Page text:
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Europe wants to monitor natural disasters using an space data highway

The first part of the European Data Relay Satellite (EDRS), which will use laser-based communications technology to transmit data about natural disasters, is set to launch on board a Proton rocket Friday night from the Baikonur Cosmodrome in Kazakhstan.

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    An aerial view shows flooded mobile homes in L'aiguillon sur Mer, southwestern France, southwestern France, March 1, 2010, following a major storm named Xynthia. On Friday night, Europe is launching the first part of its European Data Relay Satellite, which will use laser communications technology to create a space data highway to rapidly transmit pictures and updates on natural disasters.
    Regis Duvignau/Reuters/File
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Europe plans to launch on Friday night the first part of a new space data highway that will pave the way for faster than ever monitoring of natural disasters such as earthquakes and floods.

The EDRS-A node is the first building block of the European Data Relay Satellite (EDRS), a "big data" highway costing nearly 500 million euros ($545 million) that will harness new laser-based communications technology.

The EDRS will considerably improve transmission of large amounts of data, such as pictures and radar images, from satellites in orbit to Earth as they will no longer have to wait for a ground station on Earth to come into view.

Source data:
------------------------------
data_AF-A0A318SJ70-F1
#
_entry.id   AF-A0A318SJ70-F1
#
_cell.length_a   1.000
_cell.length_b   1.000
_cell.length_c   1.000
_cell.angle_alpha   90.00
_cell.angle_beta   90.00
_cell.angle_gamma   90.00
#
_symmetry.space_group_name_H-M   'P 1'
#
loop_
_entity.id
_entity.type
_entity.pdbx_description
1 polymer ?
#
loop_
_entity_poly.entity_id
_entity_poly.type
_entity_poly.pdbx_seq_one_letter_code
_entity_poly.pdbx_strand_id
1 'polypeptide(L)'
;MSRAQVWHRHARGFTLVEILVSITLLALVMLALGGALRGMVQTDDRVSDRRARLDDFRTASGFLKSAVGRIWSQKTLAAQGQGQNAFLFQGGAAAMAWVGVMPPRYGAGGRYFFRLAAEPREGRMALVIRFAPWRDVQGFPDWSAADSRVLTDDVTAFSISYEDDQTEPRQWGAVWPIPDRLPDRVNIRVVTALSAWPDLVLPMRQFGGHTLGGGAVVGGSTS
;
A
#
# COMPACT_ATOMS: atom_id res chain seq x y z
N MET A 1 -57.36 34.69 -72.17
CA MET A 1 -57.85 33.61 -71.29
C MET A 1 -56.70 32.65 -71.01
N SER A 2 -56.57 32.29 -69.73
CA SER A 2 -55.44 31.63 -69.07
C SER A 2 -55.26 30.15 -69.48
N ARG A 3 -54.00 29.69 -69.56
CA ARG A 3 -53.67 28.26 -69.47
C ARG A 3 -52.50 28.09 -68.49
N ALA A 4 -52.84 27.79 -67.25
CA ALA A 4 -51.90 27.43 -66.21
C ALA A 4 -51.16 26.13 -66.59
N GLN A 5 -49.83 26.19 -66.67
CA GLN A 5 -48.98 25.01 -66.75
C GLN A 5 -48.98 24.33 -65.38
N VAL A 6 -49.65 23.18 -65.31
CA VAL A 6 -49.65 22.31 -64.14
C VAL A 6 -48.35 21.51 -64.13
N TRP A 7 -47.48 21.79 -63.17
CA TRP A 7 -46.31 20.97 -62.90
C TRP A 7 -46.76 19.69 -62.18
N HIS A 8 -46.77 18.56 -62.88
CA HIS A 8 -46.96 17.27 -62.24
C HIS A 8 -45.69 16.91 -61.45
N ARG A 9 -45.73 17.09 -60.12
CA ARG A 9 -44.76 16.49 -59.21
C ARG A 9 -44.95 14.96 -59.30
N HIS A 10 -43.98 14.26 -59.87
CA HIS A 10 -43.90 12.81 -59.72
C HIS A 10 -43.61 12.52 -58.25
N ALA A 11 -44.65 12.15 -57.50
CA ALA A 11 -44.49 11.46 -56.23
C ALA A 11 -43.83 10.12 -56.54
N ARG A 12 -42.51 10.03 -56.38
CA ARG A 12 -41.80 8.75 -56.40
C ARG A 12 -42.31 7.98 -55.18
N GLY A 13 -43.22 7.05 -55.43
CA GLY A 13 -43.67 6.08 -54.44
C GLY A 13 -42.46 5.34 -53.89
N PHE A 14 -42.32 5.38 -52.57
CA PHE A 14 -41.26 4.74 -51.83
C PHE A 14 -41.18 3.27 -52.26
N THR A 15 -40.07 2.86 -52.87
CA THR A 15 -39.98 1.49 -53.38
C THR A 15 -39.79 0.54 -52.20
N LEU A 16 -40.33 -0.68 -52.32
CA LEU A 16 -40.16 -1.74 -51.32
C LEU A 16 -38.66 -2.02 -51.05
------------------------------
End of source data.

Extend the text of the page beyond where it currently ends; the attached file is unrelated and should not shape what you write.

The EDRS-A node, riding piggyback on a Eutelsat communications satellite, is scheduled to blast off from the Baikonur Cosmodrome in Kazakhstan on board a Proton rocket at 2220 GMT (4.20 am local time).

EDRS-A, which is to orbit Earth at an altitude of around 36,000 kilometers (22,400 miles), houses a laser terminal that works essentially like an autonomous telescope capable of locking on to moving targets on Earth.

It will send data to and from Earth or between satellites at a rate of 1.8 Gigabits per second, which is about equivalent to sending all the data that could be printed in a one-meter long shelf of books in one second, according to generally accepted industry measures.

The EDRS will relay data on sea ice, oil spills or floods from Europe's multi-billion euro Copernicus Earth observation project to users in Europe, Africa and the Atlantic area, but its services will also be available to other paying customers.

The EDRS is a public-private partnership between the European Space Agency (ESA) and Airbus Defence and Space .

Pairing EDRS-A with the Eutelsat 9B satellite, which will beam TV images to Europe, cuts down on costs for both satellite operator Eutelsat and the ESA as they share the expenses of the launch and joint systems.

A second satellite, EDRS-C, is to be launched in mid-2017. Eventually further ones could follow, which could also be coupled with commercial crafts.

"We are open to pairing a third EDRS payload with a future Eutelsat satellite," Yohann Leroy, Eutelsat's Chief Technical Officer, told Reuters.

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